Tag Archives: real world

Why the Right Got It so Massively, Completely and Totally Wrong

For four years, the Right have been developing, building and constructing their own universe. There is ample evidence that Republicans continue to insulate themselves from the real world. In the Republican world the new Black Panthers are worthy of endless coverage. Sure, there are only five of these guys and 99% of all blacks in the United States have never heard of them, but to Republicans they are mainstream news. In the Republican world, the problem with United States is not that women don’t get paid at the same rate as men for doing the same job. Instead, the problem is women in the workplace. In the Republican world, we should not withdraw from Iraq. Instead, we need to use Iraq as a base to bomb Syria. And, while we’re bombing Syria, we should consider bombing Iran also. In the Republican world, it is not improbable, but impossible for a black man to grow up and become president. There must be something nefarious going on. Maybe, just maybe, that black man was born in Kenya. (In the bizarro world the Republicans live in, somehow it is easier to become president if you’re born in Kenya and immigrate to United States than if you’re born in United States. Don’t ask me to explain it.)

Just to show you how truly warped the Republican world is, Mitt Romney had his own pollsters. Now, having your own pollsters is not a bad thing. As a matter fact, it can be a good thing. But, if you ignore everybody else’s polls and only accept yours as the real, true polling in America, you’re in trouble. Now, take your time and watch Karl Rove meltdown on the set of Fox News. The only reason that Karl Rove would have this response would be if he truly believed that every other poll in the world was wrong except for Mitt Romney’s.

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Ronald Reagan and economics, Part 2

So a couple of days ago, I discussed Ronald Reagan and the economy because many Americans are under the impression that life was better under Reagan. I discussed real GDP per capita per year and found that Ronald Reagan wasn’t the best, nor even the second best. He was the third best president if we look at this economic indicator. So, today, I would like to get into something a little more personal than the GDP. Let’s look at real income.

Real median income is median income adjusted for inflation.

Just from the naked eye, we can see that it looks as if real median income took off during the Kennedy/Johnson administrations. Americans also did well during the Clinton and Reagan administrations. Again, if we look at real median income per capita per year, we come up with exactly what the naked eye is seeing in the above graph. John F. Kennedy/ London Baines Johnson came in first with 3.48 percent per year. Bill Clinton came in second with 2.49% per year. Finally, Reagan came in third with 2.45% per year.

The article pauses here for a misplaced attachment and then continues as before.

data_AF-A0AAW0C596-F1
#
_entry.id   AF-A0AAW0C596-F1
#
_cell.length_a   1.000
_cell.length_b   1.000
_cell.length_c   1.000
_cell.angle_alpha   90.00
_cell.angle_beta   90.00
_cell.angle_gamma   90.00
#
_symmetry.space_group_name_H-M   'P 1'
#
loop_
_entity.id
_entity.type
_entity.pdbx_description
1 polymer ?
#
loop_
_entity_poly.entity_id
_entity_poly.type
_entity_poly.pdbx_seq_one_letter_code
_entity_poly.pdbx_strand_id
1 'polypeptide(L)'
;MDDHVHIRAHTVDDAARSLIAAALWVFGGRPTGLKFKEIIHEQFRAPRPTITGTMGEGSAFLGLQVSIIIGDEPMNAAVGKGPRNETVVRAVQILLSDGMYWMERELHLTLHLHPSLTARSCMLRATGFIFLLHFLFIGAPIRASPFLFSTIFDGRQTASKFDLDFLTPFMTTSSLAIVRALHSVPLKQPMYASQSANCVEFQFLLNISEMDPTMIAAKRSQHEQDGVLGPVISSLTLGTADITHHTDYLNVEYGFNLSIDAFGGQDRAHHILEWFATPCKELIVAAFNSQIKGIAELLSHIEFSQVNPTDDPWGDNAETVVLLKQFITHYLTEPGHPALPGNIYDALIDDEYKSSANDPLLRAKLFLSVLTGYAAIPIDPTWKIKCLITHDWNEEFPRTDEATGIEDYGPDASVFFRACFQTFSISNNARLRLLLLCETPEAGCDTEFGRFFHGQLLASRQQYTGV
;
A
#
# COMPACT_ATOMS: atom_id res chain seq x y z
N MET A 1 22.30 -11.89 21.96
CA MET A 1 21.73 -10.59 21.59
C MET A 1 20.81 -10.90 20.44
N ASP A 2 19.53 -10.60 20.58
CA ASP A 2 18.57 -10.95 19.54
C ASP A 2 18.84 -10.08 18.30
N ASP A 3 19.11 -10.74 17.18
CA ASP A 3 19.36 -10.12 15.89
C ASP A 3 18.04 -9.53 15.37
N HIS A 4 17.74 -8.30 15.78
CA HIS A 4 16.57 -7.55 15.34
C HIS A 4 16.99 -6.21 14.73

So with these two real world measures of the economy, Reagan doesn’t come in first or second. He was the third best president in the last 50 years with regards to economic performance. Third. (Check some more facts in the book Presimetrics.)

Lobbyist? What Georgian Lobbyist?

From Think Progress:

The Washington Post takes a look at McCain advisor Randy Scheunemann’s lobbying work on behalf of Tblisi:

Sen. John McCain’s top foreign policy adviser prepped his boss for an April 17 phone call with the president of Georgia and then helped the presumptive Republican presidential nominee prepare a strong statement of support for the fledgling republic.

The day of the call, a lobbying firm partly owned by the adviser, Randy Scheunemann, signed a $200,000 contract to continue providing strategic advice to the Georgian government in Washington.

If it were actually the case that we are all Georgians this would obviously be no big deal, but in the real world it’s a bit of an issue when an influential member of a major presidential campaign is an agent of a foreign government. Georgia’s position in the current conflict is certainly a sympathetic one, but it’s absolutely crucial to keep the scope and nature of America’s genuine interests at stake, something that can be difficult to do with hundreds of thousands of dollars at stake. Similarly, it’s crucial to keep the moral stakes in perspective — recalling that this is a fight over land not ideology and a fight the Georgians unwisely chose to pick — which, again, can be hard to do with hundreds of thousands of dollars at stake.